We did enjoy some of the realism, such as the description of the cattle thieves and the difficult lives of the peasants. We also liked the broad range of characters, even if many weren’t well-drawn. Interestingly, in the three books we read, the strongest characters tended to be older ones (such as, in Waverley, Everard and the Baron.)

Most of us also agreed that the novel starts strongly, with Scott, the first person narrator, explaining why he chose his character, Waverley’s, name (“an uncontaminated name, bearing with its sound little of good or evil, excepting what the reader shall be hereafter pleased to affix to it”) and clarifying what sort of novel he was writing. He lists various possibilities – such as Gothic, Romance, Sentimental – and then concludes:

By fixing then the date of my story Sixty Years before this present 1st November, 1805, I would have my readers understand that they will meet in the following pages neither a romance of chivalry, nor a tale of modern manners; that my hero will neither have iron on  his shoulders, as of yore, nor on the heels of his boots, as is the present fashion of Bond Street; and that my damsels will neither be clothed “in purple and in pall,” like the Lady Alice of an old ballad, nor reduced to the primitive nakedness of a modern fashionable at a route. From this my choice of an æra the understanding critic may farther presage, that the object of my tale is more a description of men than manners.

One member’s research reminded us that to Scott’s readers, this novel was set in a reasonably familiar recent past, like, say, World War 2 would be to us.

One member commented also that she liked Scott’s Austen-like observations on human nature, such as:

Where we are not at ease, we cannot be happy; and therefore it is not surprising, that Edward Waverley supposed that he disliked and was unfitted for society, merely because he had not yet acquired the habit of living in it with ease and comfort, and of reciprocally giving and receiving pleasure … (Ch. 4)

Austen and Scott

Of course, we had all read the comments Scott wrote about Austen, and vice versa:

Scott on Austen, Journal 14 March 1826:

Also read again, and for the third time at least, Miss Austen’s very finely written novel of _Pride and Prejudice_. That young lady had a talent for describing the involvements and feelings and characters of ordinary life, which is to me the most wonderful I ever met with. The Big Bow-wow strain I can do myself like any now going; but the exquisite touch, which renders ordinary commonplace things and characters interesting, from the truth of the description and the sentiment, is denied to me. What a pity such a gifted creature died so early!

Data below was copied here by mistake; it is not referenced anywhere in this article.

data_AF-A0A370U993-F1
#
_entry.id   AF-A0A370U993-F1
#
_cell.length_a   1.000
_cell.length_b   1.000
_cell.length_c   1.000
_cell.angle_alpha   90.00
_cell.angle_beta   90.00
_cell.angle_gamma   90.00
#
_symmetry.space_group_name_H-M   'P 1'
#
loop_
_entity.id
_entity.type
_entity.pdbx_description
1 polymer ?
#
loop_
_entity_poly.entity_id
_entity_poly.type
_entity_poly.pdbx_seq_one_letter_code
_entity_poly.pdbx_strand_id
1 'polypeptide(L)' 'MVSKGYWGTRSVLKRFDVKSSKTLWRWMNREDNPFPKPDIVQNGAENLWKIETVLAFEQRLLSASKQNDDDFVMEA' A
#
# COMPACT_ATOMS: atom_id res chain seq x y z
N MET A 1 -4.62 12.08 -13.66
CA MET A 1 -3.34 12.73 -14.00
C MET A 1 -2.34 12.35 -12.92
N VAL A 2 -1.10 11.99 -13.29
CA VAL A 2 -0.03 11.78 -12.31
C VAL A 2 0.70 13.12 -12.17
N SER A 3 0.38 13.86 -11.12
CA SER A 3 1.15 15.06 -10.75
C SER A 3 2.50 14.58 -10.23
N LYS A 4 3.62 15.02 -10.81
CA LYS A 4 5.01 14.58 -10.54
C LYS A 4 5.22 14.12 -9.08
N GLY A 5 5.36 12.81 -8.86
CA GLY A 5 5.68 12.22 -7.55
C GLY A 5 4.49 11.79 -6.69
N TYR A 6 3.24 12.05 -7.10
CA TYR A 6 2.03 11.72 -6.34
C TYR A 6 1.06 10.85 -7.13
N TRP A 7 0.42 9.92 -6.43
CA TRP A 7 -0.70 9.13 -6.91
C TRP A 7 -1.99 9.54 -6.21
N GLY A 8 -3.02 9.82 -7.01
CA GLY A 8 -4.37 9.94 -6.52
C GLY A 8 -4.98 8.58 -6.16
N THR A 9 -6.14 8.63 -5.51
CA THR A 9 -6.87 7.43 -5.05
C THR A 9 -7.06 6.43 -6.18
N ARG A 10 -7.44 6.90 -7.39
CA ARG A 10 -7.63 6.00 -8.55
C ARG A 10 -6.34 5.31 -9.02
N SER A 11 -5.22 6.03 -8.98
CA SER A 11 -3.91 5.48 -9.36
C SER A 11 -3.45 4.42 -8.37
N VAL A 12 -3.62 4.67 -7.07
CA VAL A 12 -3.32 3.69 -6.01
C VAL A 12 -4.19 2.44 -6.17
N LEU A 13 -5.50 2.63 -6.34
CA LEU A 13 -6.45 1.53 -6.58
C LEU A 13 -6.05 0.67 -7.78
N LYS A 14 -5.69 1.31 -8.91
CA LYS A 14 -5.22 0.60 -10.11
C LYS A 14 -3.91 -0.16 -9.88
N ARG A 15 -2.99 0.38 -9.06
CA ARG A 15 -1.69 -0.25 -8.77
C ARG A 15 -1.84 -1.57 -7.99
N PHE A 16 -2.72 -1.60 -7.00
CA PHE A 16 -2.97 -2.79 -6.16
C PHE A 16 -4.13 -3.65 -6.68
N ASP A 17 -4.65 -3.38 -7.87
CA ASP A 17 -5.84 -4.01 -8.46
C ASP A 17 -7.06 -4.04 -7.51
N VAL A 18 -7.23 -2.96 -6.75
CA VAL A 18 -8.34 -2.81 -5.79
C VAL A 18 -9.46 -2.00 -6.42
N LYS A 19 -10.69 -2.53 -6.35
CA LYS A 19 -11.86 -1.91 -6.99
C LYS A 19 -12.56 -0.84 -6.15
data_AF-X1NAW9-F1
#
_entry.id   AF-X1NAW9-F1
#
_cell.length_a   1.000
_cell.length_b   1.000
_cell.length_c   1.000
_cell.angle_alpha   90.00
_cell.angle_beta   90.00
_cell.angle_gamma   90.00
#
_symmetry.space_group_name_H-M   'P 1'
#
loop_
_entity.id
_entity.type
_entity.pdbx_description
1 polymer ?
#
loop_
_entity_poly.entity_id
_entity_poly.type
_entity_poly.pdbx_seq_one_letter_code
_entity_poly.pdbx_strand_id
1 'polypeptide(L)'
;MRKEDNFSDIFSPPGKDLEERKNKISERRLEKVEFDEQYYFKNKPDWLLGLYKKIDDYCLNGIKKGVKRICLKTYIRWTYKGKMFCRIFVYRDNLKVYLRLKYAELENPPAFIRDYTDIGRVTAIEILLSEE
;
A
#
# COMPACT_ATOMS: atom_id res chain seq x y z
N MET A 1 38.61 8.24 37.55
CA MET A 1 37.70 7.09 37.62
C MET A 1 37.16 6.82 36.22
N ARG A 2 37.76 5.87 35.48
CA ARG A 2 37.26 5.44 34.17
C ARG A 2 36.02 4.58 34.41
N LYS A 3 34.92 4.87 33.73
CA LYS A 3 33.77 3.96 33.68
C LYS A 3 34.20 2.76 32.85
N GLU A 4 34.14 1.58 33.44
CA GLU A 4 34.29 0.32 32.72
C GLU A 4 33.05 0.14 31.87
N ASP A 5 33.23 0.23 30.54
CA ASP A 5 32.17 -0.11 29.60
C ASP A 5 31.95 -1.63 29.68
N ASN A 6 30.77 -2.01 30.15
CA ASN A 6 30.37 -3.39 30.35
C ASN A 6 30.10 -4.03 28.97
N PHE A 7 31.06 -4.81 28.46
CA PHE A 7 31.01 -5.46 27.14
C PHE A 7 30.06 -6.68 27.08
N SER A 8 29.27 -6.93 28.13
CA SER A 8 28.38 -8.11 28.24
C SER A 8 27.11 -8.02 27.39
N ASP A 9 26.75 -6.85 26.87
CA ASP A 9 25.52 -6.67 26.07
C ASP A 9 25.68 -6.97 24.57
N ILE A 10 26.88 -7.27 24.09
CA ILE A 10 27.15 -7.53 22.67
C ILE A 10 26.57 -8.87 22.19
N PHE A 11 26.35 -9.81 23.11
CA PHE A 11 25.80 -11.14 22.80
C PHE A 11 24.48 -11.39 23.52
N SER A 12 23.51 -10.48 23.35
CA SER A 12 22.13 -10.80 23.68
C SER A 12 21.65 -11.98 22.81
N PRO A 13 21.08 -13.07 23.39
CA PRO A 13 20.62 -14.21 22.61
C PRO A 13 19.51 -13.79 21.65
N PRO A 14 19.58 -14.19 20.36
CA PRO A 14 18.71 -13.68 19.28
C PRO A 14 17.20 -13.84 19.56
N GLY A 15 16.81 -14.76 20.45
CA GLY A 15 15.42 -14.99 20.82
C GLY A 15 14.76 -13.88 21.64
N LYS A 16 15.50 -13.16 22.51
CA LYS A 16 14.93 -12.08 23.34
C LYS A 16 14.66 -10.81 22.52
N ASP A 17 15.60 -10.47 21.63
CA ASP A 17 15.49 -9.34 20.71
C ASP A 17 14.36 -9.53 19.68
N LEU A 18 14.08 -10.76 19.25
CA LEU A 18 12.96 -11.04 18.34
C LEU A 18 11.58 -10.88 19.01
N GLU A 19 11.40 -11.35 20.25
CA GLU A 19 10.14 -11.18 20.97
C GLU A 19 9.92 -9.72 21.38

… and Journal 18 September 1827:

… and then whiled away the evening over one of Miss Austen’s novels. There is a truth of painting in her writings which always delights me. They do not, it is true, get above the middle classes of society, but there she is inimitable.

And Austen on Scott, from a letter to Anna Austen, 28 September 1814:

Walter Scott has no business to write novels, especially good ones. – It is not fair. – He has Fame & Profit enough as a Poet, and should not be taking the bread out of other people’s mouths. – I do not like him, & do not mean to like Waverley if I can help it – but fear I must…

Further discussion

We spent some time discussing the state of the novel at the time, and the role played by Austen and Scott in its development. One member suggested that Scott fills the gap between 18th century writers like Richardson and Sterne and 19th century ones like Dickens. Austen, we felt, was sitting on the sidelines waiting!

Indeed, one member argued that the reason Austen’s star was slow to rise was because her writing was so new and different. Scott eclipsed her for most of the 19th century, but towards the end his star waned as hers rose, suggesting, this member said, that his style became old-fashioned and hers more acceptable or understood. (As, proposed this member further, frequently happens with the new in all the arts – literature, music, visual arts.)


The meeting ended with our usual quiz (a lovely easier one on Jane Austen, the novelist), our secret quotes, and discussing

Future meeting ideas

  • 19th century critics on Jane Austen
  • The role of death in Austen’s novels
  • Hypochondriacs in Austen’s novels